Dianping Leans on Tencent’s WeChat in Hunt for New UsersGrace Huang and Lulu Yilun Chen
Dianping.com is boosting its reliance on Tencent Holdings Ltd.’s smartphone applications as the operator of a Yelp Inc.-like website in China seeks to add users from inland cities.
The company, based in Shanghai, is targeting smaller, less developed cities away from the metropolises closer to the coast such as Beijing and Shenzhen, co-founder Edward Long said in an interview. There were 369 “emerging” cities in China accounting for about a third of the urban gross domestic product, according to a March 2012 report from McKinsey & Co.
Dianping customers have boosted their use of Tencent’s payment service since Asia’s largest Internet company in February acquired a 20 percent stake in the website that offers user reviews of restaurants, Long said in Tokyo July 11. The location-based food and entertainment services software, which comes pre-loaded on some versions of Tencent’s WeChat messaging service, allows users to share reviews.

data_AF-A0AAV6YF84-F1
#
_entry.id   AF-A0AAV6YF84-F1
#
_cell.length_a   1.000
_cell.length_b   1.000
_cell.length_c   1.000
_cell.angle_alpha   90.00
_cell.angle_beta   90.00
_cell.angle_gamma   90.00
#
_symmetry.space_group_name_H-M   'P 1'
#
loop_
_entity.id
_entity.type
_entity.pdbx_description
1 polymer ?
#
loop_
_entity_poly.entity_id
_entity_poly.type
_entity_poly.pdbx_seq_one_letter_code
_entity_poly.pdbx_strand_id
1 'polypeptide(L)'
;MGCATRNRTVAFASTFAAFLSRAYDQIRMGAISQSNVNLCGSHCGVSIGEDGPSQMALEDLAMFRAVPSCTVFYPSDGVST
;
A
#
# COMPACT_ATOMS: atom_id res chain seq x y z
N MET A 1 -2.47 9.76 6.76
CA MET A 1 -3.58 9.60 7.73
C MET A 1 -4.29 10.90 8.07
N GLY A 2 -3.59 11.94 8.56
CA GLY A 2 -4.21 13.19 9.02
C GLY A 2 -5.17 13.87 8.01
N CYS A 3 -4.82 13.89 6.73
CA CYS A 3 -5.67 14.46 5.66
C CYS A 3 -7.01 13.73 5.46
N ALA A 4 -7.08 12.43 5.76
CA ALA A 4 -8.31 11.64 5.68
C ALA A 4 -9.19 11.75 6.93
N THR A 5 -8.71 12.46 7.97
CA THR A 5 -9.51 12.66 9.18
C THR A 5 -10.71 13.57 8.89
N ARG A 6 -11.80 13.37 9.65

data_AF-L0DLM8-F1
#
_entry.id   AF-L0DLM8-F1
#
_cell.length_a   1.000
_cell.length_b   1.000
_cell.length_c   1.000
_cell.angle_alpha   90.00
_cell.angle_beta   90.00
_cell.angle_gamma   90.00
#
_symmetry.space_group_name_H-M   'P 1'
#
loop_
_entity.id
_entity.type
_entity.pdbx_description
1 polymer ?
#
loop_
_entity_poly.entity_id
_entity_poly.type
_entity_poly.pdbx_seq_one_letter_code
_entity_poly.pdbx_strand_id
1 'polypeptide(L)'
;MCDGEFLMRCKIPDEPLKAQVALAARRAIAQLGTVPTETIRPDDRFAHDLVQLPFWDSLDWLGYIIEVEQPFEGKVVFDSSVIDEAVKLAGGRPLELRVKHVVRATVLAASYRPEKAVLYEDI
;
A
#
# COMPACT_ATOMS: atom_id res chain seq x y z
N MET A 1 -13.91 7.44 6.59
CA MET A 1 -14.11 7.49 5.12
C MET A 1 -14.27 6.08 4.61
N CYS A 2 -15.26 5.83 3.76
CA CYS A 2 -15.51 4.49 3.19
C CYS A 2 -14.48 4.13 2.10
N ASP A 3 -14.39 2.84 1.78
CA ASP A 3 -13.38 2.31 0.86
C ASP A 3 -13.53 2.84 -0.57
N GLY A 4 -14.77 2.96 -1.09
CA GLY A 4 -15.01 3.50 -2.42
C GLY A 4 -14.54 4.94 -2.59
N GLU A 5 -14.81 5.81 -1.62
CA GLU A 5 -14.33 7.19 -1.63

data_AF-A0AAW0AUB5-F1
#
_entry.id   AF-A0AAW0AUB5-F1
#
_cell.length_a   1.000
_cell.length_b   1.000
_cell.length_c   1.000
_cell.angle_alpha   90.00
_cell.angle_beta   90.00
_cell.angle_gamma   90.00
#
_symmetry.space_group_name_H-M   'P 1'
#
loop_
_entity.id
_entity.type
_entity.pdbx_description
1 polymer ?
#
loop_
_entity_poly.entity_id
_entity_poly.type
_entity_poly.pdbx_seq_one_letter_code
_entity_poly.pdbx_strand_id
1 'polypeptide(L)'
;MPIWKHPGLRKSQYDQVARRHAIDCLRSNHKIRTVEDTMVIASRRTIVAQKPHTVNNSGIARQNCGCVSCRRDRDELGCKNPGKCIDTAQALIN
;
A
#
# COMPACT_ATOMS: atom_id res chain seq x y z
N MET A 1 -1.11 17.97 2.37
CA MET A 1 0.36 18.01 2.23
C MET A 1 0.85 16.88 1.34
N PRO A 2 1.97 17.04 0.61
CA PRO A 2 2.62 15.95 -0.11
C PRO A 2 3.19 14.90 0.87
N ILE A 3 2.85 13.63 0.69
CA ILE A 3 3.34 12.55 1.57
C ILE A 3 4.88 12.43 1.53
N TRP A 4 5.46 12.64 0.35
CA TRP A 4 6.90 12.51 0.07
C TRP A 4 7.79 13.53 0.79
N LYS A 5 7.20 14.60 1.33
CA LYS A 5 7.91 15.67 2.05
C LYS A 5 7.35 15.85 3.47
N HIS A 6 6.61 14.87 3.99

“The value of WeChat is its vast coverage in the third-tier and fourth-tier cities,” Long said. “Previously we haven’t done well in less developed cities located in middle west and west China. WeChat can help us reach users in these less developed cities.”
Long said the number of Dianping users paying for meals through WeChat’s system is “catching up” with Alipay, the nation’s largest third-party payment system. Long declined to disclose precise figures.
Dianping’s mobile app users surpassed 150 million as of June, according to Long. Its active monthly users rose 86 percent in the second quarter to 130 million from a year earlier, he said.
The company had more than 36 million reviews covering about 2,300 cities as of the end of June, according to its website. More than 80 percent of its monthly page views come from mobile users.
Dianping is working on an initial public offering in the U.S., and could raise about $500 million to $1 billion, people with knowledge of the matter said in June.
“The IPO is a must pass target,” said Long, declining to provide more details.
Zhang Tao, Dianping’s founder and chief executive officer, said in October that the company may be worth more than $10 billion, and he would prefer a listing in the U.S.
Dianping, founded in 2003 in Shanghai, offers search services for local businesses that include consumer-generated reviews. Users can also buy coupons and enjoy group discounts in the same way as on Groupon Inc.